Veteran hurler Brandon Webb hasn’t pitched in a major league game since the start of the 2009 season because of chronic shoulder issues. But that hasn’t stopped teams from calling about the right-hander, who is now a free agent.
Sources told Ed Price of AOL Fanhouse this weekend that the Cubs are now in the running for Webb. The Dodgers and Nationals are also interested, and the Diamondbacks have some level of interest in re-signing him.
Chicago, though, almost seems like the best fit.
The Cubs could use a guy to slot in behind Ryan Dempster, Carlos Zambrano, Randy Wells and Tom Gorzelanny. Webb might not be at his best anymore, but if he gets the velocity up on his sinker and continues to build arm strength, there is little doubt that he will be able to eat some innings.
Now it’s all about price. How much can a 31-year-old with a Cy Young Award to his name but a lack of recent experience command on the open market? He will almost certainly have to settle for a one-year contract, but the Cubs can always pack it with incentives and hope for the best.
Back during the 2015 playoffs the sorts of New York media types who love to find reasons to criticize players for petty reasons decided to criticize Yoenis Cespedes for playing golf the day of a playoff game. The Mets won the series with the Cubs during which the controversy, such as it was, occurred and it was soon dropped.
It was picked back up again in 2016 when Cespedes, while on the disabled list with a strained quad, was seen playing golf. Despite the fact that everyone involved said that golf did not contribute to his injury and that golf would have no impact on his injured quad, it was deemed “a bad look” by a columnist looking to get some mileage out of bashing Cespedes for having a hobby that probably half of all ballplayers share. They did it when he showed off his fancy cars too, by the way, even though just about every ballplayer has a fancy car or three. When you’re a superstar in New York — especially when you’re one with whom the media is not particularly close for various reasons — you’re going to catch hell for seemingly nothing.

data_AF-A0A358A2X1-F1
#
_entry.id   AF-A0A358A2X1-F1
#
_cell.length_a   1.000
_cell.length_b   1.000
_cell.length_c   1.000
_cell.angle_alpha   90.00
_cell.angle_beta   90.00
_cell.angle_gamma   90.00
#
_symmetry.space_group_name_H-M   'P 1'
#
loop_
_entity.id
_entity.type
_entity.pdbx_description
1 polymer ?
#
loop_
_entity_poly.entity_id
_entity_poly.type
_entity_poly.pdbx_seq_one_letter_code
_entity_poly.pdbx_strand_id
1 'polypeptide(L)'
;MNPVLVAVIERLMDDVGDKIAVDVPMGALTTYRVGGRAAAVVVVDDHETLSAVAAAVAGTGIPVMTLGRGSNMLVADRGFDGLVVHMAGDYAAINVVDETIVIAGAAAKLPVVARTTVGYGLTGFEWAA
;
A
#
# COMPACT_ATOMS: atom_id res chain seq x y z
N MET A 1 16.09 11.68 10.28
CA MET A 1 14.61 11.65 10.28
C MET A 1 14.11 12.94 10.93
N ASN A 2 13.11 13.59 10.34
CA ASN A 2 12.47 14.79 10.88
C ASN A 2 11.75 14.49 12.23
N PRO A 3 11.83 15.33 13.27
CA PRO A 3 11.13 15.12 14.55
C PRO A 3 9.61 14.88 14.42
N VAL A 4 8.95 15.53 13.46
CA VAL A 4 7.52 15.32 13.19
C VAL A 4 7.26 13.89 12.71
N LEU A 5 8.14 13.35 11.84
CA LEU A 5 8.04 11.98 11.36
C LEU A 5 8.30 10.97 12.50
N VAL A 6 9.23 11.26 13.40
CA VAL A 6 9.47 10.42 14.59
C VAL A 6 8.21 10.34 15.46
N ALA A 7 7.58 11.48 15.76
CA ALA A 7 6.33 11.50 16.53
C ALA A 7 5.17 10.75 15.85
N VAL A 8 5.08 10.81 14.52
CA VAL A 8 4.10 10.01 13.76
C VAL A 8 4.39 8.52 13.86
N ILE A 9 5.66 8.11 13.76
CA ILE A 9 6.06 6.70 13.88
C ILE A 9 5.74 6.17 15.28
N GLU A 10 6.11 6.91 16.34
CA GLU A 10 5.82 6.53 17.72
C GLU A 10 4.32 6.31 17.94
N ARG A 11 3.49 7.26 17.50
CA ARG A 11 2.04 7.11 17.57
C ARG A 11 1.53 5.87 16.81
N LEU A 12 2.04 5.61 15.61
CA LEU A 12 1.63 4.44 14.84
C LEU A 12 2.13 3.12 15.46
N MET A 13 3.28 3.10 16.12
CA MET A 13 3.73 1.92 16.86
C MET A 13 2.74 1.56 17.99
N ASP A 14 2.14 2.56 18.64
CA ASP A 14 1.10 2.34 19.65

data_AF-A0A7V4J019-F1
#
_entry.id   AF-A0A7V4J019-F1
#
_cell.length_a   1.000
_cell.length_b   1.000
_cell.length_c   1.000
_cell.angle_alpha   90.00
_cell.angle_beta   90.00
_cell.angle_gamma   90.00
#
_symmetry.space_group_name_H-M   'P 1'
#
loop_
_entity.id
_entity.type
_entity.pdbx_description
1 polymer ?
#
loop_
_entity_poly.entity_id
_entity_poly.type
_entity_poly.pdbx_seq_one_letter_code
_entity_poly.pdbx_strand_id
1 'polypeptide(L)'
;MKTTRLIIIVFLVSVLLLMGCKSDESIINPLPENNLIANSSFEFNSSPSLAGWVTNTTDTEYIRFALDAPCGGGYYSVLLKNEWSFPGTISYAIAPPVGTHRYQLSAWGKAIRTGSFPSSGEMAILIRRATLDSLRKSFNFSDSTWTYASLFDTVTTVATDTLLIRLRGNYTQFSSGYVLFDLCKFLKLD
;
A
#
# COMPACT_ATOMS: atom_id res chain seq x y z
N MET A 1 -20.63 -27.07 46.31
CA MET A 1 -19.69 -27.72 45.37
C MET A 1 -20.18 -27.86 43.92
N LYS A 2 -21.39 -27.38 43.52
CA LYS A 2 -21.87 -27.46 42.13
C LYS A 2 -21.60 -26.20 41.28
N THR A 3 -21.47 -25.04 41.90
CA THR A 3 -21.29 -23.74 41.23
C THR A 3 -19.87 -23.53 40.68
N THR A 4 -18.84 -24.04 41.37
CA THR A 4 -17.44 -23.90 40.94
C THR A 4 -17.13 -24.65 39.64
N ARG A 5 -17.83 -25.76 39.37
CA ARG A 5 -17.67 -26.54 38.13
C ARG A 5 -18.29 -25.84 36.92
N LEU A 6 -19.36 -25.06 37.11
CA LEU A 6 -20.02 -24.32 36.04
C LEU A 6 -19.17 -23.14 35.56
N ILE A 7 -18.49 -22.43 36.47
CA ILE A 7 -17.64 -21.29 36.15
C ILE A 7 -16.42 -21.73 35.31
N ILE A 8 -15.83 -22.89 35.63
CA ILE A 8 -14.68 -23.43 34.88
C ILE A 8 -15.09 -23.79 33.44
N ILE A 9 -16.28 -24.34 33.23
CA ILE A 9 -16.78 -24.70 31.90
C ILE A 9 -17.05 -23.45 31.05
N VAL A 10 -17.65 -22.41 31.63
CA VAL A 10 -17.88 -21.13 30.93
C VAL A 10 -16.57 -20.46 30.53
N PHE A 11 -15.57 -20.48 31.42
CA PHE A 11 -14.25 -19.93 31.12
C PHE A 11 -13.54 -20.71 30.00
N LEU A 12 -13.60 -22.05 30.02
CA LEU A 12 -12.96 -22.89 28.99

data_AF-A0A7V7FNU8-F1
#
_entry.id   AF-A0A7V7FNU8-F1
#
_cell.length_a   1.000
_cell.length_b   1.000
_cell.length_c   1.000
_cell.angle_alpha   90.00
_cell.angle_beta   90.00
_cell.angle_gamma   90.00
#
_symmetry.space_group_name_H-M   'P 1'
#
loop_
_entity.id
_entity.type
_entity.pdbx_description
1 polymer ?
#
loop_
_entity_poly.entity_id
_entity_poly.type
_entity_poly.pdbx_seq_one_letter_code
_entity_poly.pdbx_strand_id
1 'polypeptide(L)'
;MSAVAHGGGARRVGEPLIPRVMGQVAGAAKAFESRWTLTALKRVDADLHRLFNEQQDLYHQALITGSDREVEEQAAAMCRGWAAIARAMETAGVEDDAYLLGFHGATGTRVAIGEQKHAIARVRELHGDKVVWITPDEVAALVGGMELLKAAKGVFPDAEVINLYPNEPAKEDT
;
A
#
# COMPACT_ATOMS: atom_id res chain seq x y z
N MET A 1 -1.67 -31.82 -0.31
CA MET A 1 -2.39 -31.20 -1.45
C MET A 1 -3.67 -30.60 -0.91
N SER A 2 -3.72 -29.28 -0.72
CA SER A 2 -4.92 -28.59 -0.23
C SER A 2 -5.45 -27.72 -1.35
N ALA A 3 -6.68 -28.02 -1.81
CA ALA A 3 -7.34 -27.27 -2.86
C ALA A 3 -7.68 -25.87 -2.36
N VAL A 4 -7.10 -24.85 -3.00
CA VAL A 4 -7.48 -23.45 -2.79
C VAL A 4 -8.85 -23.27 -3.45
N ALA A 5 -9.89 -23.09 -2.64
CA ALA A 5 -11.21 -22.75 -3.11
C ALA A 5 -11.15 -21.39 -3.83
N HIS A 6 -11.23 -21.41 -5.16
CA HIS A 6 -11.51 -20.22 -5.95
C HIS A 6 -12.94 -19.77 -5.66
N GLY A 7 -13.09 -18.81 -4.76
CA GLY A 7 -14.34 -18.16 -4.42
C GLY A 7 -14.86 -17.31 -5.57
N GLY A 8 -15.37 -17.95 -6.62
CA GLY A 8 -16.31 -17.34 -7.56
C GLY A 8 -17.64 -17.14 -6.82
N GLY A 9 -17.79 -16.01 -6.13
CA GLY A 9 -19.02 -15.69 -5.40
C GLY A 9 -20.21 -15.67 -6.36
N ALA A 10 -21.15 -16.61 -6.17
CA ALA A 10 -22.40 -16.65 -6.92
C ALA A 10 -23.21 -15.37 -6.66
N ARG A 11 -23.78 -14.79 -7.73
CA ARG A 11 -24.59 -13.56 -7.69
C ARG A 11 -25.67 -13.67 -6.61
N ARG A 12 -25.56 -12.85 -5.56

Now there’s a new twist to the Cespedes golf saga. Yoenis himself says that his poor start — he’s hitting .195/.258/.354 and leads the league in strikeouts — is due to . . . not enough golf! From the New York Times:
He gave a possible reason for the poor start this weekend: not playing enough golf, a hobby beloved by many baseball players. And, yes, he is serious.
“In previous seasons, one of the things I did when I wasn’t going well was to play golf,” he said after a game on Friday in which he struck out four times but still drove in the go-ahead run in the 12th inning. “This year, I’m not playing golf.”
The story says Cespedes quit golf last summer because he worried that it was contributing to hamstring problems. He’s thinking about going back to it soon, as he thinks it’ll help his swing. Given that he’ll catch hell either way, he may as well do what he wants.